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Ten years

On 1st December it will be ten years exactly since Jenny suddenly became severely ill. Ever since that day ten years ago, she has been unrelentingly acutely ill. She comes very close to death every day. It is a horrific life for her.

She tries to do something different each year to mark the anniversary of her becoming ill. In previous years, she has written about her illness and how it affects her, about why M.E. research is so poorly funded and last year she wrote a list of her Favourite Things.

This year she has come up with the idea of #PoundsForPoems to raise money for M.E. Research UK. The idea of #PoundsForPoems is that for every new poem of Jenny’s (published below) that you enjoy reading, you donate a certain amount to M.E. Research UK via Jenny’s fundraising page that has been set up for this purpose. For example, if you like 5 of her poems, you could donate £1 for each poem, giving a total of £5. But obviously, feel free to donate as generously as you are able.

Due to the severity of her illness, it has taken 5 years for Jenny to gradually write the 20 new poems below by painstakingly tapping out the words with her thumb on the touchscreen of her iPhone. These are ALL of the new poems that she has written since her poetry collection Rainbows in my eyes was published in 2009.

We hope that #PoundsForPoems will have raised lots of money for M.E. Research UK by 1st December so that she will have something to celebrate on her 10th anniversary of becoming ill.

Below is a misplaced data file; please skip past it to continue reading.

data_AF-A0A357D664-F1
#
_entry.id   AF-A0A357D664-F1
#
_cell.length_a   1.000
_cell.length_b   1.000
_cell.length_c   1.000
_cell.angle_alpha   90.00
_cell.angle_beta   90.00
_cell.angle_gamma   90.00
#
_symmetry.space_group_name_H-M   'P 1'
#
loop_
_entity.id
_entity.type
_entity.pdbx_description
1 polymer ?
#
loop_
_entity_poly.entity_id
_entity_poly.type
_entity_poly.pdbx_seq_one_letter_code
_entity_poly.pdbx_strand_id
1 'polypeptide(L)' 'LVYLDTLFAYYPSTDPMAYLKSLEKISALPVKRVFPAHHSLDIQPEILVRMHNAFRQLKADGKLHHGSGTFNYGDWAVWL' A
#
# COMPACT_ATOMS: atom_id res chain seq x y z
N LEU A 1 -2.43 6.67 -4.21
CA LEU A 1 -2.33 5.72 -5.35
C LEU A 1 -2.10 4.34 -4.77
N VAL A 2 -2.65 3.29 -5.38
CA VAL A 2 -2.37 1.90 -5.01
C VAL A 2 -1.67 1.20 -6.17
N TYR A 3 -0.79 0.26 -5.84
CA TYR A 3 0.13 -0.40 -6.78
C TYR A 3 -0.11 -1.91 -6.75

High quality M.E. research is catastrophically underfunded and is desperately needed. The lives and futures of patients like Jenny depend on research being done. Eventually, we hope for a cure to be found. In the meantime, patients are acutely suffering and some are dying.

So without further ado, we proudly present the launch of Jenny Rowbory’s new collection of poems, entitled ‘Then the whispers started’. Get donating:



All the following poems are copyright
© J.K.Rowbory 2014 – All Rights Reserved
No part of these poems may be reproduced, stored in a retrieval system or transmitted in any form or by any means without the prior permission of the author.



Song of my heart
The art gallery
Returning to St. Felix
Look up
The Cosmic Pied Piper
It started as a whisper
X marks the spot
They did not know
Netball: Wing Defence, WD
The depths
Good Friday
The dead star
The diamond tower
If I were to cry
The beast
The ancient place
Then the whispers started


Song of my heart

A miniature person inside my heart
sings of pencil sharpener shavings
and climbing branchy trees,
of digging sand boats on Frinton beach
and hatred of peas.
She sings of teddy bear weddings
and imaginary worlds,
of penny sweets
and rainbow swirls.
She sings of joke shop spiders
and football in the park,
of water pistols
and Murder In The Dark.
She sings of ice-cream van jingles
and medals on Sports Day,
of swapping stickers
and the sinking sand at Blue Anchor Bay.
She sings of frog welly boots
and jumping in puddles,
of blackberry picking
and netball team huddles.
She sings of making clay dinosaurs
and coming top of the class,
of waving at people in traffic jams
and trying to avoid baths.
She sings of surprise parties
and school Bonfire Night,
of water flumes
and the best paper aeroplane in flight.

This miniature person’s voice
resonates out with every beat.
This is the sound that my heart makes.
This is the song of my heart.


The art gallery

That single word from my lips
freezes time
and all of the people in it.

I wander, weaving mesmerically through
the suspended human bodies,
viewing each person
and the pose in which they have been frozen:
the motionless expressions on their faces,
the halted gestures and actions
of their statued bodies.

I walk over land and water
to see each exhibit,
touching the temple of each head
to read their thoughts and feelings,
to watch their lives play like a film in my head,
to search their souls.

Eventually I finish.
I have viewed the entire human race.
I travel back to where I started and
two red buttons are before me:
one of them unpauses humanity from its stasis,